Report: RIM plans six BlackBerry 10 handsets for 2013
Carrier-free spread of smartphones for all sectors
CES 2013 RIM might not have a stand at CES and it isn't holding any press conferences, but its executives are busy on the floor talking up the handsets coming out at the January 30 launch.
CMO Frank Boulben told FierceWireless that the launch would see two handsets running the BlackBerry 10 operating system, one full touchscreen device and a unit for BlackBerry fans who just can't live without that QWERTY keyboard.
By the end of the year the company plans to have six smartphones covering high, middle and low-end price sectors. Boulben said RIM won't be doing any exclusive deals with carriers, which will allow it to set its own terms and sell the devices to all comers.
"We intend over time as we transition the portfolio to have a full range of devices," he said.
That approach could serve it well. RIM might have barely 5 per cent of the US market, but it's strong in specific sectors. The product line will cover low-end youth buyers who like the Blackberry Messenger service, corporate and government customers at the midrange, and will include a few high-end units for the BYOD crowd.
Boulben promised 70,000 applications at launch, which must be a blow to CEO Thoresten Heins, who said anything less than 100,000 would mean failure. Boulben said that the company would have 90 per cent of the top 600 most popular applications ready to go by time to market – which sounds good, but that last 10 per cent could be crucial.
Apple has 775,000 choices in its App Store and Android is not far behind, with Microsoft reporting 120,000 Windows Phone applications on sale, although that rate of growth is slowing. What analysts are looking for is proof that RIM can get enough application support to bring back users, and thus entice more developers back into the fold.
If there is to be a third force in mobile computing then it's going to be a contest between Microsoft and RIM. Redmond's hopes that it could absorb Symbian users have foundered, but Windows Phone 8, with its kernel links with Windows 8, has attractions for some. But Boulben was confident that RIM could regain past glories, and he suggested that carriers agreed.
"They very much believe that we can be the third platform," Boulben said. ®
Re: Android, iOs, BB Will by year's end Dominate.. WIndows anything? Whatever...
Hmm, not sure I completely agree with you. I think MS could do quite well in the corporate market where Office and Exchange integration does matter to a lot of people. And that, of course, is RIM's hunting ground too.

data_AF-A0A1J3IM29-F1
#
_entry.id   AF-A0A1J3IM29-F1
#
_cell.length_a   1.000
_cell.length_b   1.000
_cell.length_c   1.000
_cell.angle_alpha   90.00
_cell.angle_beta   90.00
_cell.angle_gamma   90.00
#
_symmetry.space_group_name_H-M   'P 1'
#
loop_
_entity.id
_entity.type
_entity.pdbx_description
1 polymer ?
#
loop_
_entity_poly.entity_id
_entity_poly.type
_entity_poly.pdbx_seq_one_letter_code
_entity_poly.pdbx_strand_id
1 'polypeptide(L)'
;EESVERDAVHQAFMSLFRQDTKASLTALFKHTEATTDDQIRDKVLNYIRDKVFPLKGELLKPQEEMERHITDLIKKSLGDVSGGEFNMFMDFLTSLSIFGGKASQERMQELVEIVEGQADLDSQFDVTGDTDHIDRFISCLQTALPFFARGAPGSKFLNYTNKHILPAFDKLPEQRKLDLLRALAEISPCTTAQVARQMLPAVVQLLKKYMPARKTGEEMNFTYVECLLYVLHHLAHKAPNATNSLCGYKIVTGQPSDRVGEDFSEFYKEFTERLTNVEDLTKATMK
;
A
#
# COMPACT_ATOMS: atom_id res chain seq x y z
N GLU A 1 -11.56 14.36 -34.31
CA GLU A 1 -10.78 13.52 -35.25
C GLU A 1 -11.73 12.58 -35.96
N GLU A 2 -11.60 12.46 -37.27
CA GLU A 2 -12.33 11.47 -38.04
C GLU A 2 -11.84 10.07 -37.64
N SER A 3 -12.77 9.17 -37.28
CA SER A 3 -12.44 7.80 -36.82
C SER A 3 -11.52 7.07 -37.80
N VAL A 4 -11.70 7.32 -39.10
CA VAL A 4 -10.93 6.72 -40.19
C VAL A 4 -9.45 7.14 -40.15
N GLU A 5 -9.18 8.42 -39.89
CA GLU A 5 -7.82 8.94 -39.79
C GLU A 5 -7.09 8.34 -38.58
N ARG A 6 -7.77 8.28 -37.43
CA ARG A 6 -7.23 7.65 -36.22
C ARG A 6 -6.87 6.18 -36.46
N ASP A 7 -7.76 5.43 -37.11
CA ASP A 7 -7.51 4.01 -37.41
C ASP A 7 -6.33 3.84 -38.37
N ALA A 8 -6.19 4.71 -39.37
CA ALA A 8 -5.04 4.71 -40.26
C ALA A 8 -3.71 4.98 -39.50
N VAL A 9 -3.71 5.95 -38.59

Where I think MS have gone wrong is be utterly unimaginative in how they do integrate in the corporate environment. They have merely mimicked the old BB way of doing it. This means corporate IT admins will want to lock it down, stop users installing their own stuff, and make the phone a boring corporate tool.
What RIM have done is worked out that BOYD matters, but so does corporate security. BB10 is designed to keep both the admin and the user happy. "BlackBerry Balance" is quite clever; the phone has a split personality with the admin having control of one and the user having control of the other. Corporate email / apps / data are safe (it's achieved a FIPS rating) but the user can still have fun with their apps, email, twitter, etc.
BlackBerry Balance is a very novel concept, and a clever one at that. RIM are relying on corporate IT admins understanding it and having the imagination to see why the idea would benefit everyone including themselves. If RIM don't work very hard to stoke up interest in Balance then MS could get away with it.
RIM plans to release 6 new BB10 handsets this year. A spokesman said "We're releasing six new handsets. If we sell four or five of them, we'll be delighted."
Re: BB10 runs Android apps
"Yes, it's not Kosher. It's not legit." .... "While I can't morally approve of this maneuver I can respect that it's what you had to do, and therefore ethical."
It's alright Mikel, relax, Dalvik is open source. That's why Google chose it! It means that it is entirely ethical and legitimate (so long as RIM are complying with the license conditions).
Pirates will have to have been in email communication with RIM to get signing keys. They need those keys to re-package and upload apps to RIM's store. Then there's the money trail too (if the pirate has put a price on the application on the store). RIM are probably in a good position to help the original and wronged developers. Unlike Google who have created an ecosystem so anarchistic that piracy and malware are out of their control...
Look at it this way
- Using Dalvik in this way is something that any of the manufacturers can do, but only Google and RIM have done so.
- Whilst it's obvious that RIM have done this so as to boost app store growth, they can also claim to be supporting openness in mobile platforms.
- Remember write-once-run-anywhere? Remember when that was thought to be a good idea to benefit all end users? Apple screwed that up of course, and the very idea seems in the eyes of the world to have become alien and subversive...
- If MS and Apple did the same thing (and they could easily do so) then Dalvik would be the open mobile platform.
- The only thing preventing this is Apple and MS's desire to maintain / create walled gardens of their own and lock in end users (though the Dalvik source code is probably built on top of a POSIX environment, which Apple have but MS likely don't)
- They may do it anyway just to completely screw Google's strategy